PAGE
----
Kerri Viney recently blogged about the co-epidemic of tuberculosis (TB) and diabetes in Kiribati, including the alarming figure that 7 of the 10 countries with the highest prevalence of diabetes in the world are located in the Pacific.
Just how far do Kiribati and other Pacific nations stand out from the crowd when it comes to TB and diabetes? When diabetes prevalence is plotted against TB prevalence for 195 countries (Figure 1), the severity of the TB-diabetes co-epidemic in the Pacific is immediately apparent.
The 7 countries that are in the top 10 for diabetes prevalence are highlighted in red; for comparison, other Pacific Island countries included in the dataset are indicated in orange.
Figure 1: TB and diabetes prevalence for 195 countries
A couple of important notes about this scatterplot:
- The dots represent the burden of disease at the national level – not the rates of co-morbidity within individuals, which is the primary focus of the research recently published by Kerri and her colleagues. However, these country-level trends fit with individual level data.
- Though (as Kerri noted in her blog) screening for TB and diabetes is on the rise in the Pacific and elsewhere, in this plot I have deliberately used prevalence rather than incidence (the number of new cases). Assuming the data is otherwise sound, this means that the scatterplot does not document a recent scale-up in diagnoses in the Pacific, but rather reflects the (estimated) burden of disease within the population – including among people who may not yet know they have diabetes and/or TB. If anything, this caveat makes these figures even more disturbing.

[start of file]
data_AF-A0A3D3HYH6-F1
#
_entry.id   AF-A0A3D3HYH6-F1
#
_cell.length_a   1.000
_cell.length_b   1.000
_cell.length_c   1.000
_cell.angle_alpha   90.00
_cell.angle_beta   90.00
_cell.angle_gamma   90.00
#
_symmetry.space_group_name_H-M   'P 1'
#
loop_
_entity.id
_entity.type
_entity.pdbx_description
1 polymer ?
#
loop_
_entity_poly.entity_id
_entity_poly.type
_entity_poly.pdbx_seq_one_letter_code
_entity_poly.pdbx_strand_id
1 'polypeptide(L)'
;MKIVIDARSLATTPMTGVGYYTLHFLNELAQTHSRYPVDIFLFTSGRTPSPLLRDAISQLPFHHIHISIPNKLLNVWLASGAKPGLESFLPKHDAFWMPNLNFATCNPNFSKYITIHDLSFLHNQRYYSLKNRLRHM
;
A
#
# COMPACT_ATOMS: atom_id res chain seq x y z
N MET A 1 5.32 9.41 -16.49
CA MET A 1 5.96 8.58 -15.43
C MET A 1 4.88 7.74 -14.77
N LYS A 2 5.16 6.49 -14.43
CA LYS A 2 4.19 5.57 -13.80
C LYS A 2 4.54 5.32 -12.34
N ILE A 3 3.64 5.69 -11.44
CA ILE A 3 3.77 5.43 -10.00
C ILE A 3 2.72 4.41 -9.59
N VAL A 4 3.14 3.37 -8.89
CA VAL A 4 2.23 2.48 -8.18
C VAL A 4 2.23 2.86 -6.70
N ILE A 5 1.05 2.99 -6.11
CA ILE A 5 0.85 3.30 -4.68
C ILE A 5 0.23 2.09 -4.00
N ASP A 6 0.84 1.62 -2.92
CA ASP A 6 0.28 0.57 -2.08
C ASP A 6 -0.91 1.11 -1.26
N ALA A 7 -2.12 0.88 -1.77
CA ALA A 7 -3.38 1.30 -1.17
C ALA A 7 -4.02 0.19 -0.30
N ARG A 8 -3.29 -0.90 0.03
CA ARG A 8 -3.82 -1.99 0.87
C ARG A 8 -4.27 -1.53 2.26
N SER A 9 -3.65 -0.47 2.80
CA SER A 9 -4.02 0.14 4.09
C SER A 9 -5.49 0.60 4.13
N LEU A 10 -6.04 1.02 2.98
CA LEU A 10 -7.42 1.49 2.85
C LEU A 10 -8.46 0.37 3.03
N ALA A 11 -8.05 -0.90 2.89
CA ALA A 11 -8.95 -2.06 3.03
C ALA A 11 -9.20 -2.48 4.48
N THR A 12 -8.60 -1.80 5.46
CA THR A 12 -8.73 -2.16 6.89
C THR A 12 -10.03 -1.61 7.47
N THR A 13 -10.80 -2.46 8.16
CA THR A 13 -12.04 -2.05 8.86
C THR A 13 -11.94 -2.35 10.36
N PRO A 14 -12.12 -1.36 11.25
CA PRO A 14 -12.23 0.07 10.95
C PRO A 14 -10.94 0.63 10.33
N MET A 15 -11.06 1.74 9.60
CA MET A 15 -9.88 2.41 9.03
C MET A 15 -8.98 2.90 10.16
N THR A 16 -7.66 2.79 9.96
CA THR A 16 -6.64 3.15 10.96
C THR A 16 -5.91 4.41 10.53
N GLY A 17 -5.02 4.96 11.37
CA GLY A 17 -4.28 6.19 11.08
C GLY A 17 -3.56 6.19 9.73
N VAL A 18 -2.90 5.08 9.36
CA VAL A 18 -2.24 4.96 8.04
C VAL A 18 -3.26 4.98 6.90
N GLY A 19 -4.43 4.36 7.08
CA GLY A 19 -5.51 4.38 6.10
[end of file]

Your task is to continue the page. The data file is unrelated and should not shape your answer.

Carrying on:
When the data is plotted on a log scale (Figure 2), we can see that globally there is a negative relationship between prevalence of TB (historically a disease of poverty) and diabetes (a disease of affluence). But this is not the case in the Pacific, where the three countries with the highest rates of diabetes in the world are among the four highest in the Pacific in terms of TB rates.
Based on these data, the double burden of communicable and non-communicable disease appears particularly acute in the Pacific; perhaps the most acute of any region in the world.
Figure 2: TB and diabetes prevalence for 195 countries (log scale)
TB prevalence data represent the midpoint estimate of TB prevalence per 100,000 population, taken from the WHO Global Health Observatory (2013 data). The sole exception is Tokelau; the most recent estimate of TB prevalence available from the WHO is from 1999 (as reported in the 2014 World TB Report [pdf]). Diabetes prevalence data are taken from the International Diabetes Federation (IDF) 2014 Diabetes Atlas [xls], and converted from percentage to prevalence per 100,000 population. In the scatterplot I have used the IDF’s estimates of comparative prevalence for diabetes, which adjusts for each country’s age structure.